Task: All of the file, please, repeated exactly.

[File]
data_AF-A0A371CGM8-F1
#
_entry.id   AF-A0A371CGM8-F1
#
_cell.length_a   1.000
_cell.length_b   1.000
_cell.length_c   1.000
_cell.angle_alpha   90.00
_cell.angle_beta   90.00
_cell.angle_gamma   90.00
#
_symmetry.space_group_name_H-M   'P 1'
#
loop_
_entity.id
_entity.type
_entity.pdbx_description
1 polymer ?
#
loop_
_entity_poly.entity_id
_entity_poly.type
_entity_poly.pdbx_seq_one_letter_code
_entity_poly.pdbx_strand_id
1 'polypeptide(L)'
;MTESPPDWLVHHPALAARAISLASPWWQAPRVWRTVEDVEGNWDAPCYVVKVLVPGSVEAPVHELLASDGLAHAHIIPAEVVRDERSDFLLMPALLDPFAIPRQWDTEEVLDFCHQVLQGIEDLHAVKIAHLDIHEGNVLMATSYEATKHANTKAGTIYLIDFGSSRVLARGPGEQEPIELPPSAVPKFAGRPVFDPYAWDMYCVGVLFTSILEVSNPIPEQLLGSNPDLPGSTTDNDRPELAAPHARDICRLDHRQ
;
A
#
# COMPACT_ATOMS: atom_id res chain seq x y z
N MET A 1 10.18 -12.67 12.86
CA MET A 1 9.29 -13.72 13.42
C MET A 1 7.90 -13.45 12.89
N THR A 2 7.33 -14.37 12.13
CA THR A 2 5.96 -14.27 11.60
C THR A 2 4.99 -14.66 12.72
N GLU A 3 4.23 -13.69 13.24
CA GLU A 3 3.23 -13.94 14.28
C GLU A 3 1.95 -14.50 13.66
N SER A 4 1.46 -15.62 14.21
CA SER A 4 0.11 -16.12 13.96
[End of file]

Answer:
data_AF-A0A371CGM8-F1
#
_entry.id   AF-A0A371CGM8-F1
#
_cell.length_a   1.000
_cell.length_b   1.000
_cell.length_c   1.000
_cell.angle_alpha   90.00
_cell.angle_beta   90.00
_cell.angle_gamma   90.00
#
_symmetry.space_group_name_H-M   'P 1'
#
loop_
_entity.id
_entity.type
_entity.pdbx_description
1 polymer ?
#
loop_
_entity_poly.entity_id
_entity_poly.type
_entity_poly.pdbx_seq_one_letter_code
_entity_poly.pdbx_strand_id
1 'polypeptide(L)'
;MTESPPDWLVHHPALAARAISLASPWWQAPRVWRTVEDVEGNWDAPCYVVKVLVPGSVEAPVHELLASDGLAHAHIIPAEVVRDERSDFLLMPALLDPFAIPRQWDTEEVLDFCHQVLQGIEDLHAVKIAHLDIHEGNVLMATSYEATKHANTKAGTIYLIDFGSSRVLARGPGEQEPIELPPSAVPKFAGRPVFDPYAWDMYCVGVLFTSILEVSNPIPEQLLGSNPDLPGSTTDNDRPELAAPHARDICRLDHRQ
;
A
#
# COMPACT_ATOMS: atom_id res chain seq x y z
N MET A 1 10.18 -12.67 12.86
CA MET A 1 9.29 -13.72 13.42
C MET A 1 7.90 -13.45 12.89
N THR A 2 7.33 -14.37 12.13
CA THR A 2 5.96 -14.27 11.60
C THR A 2 4.99 -14.66 12.72
N GLU A 3 4.23 -13.69 13.24
CA GLU A 3 3.23 -13.94 14.28
C GLU A 3 1.95 -14.50 13.66
N SER A 4 1.46 -15.62 14.21
CA SER A 4 0.11 -16.12 13.96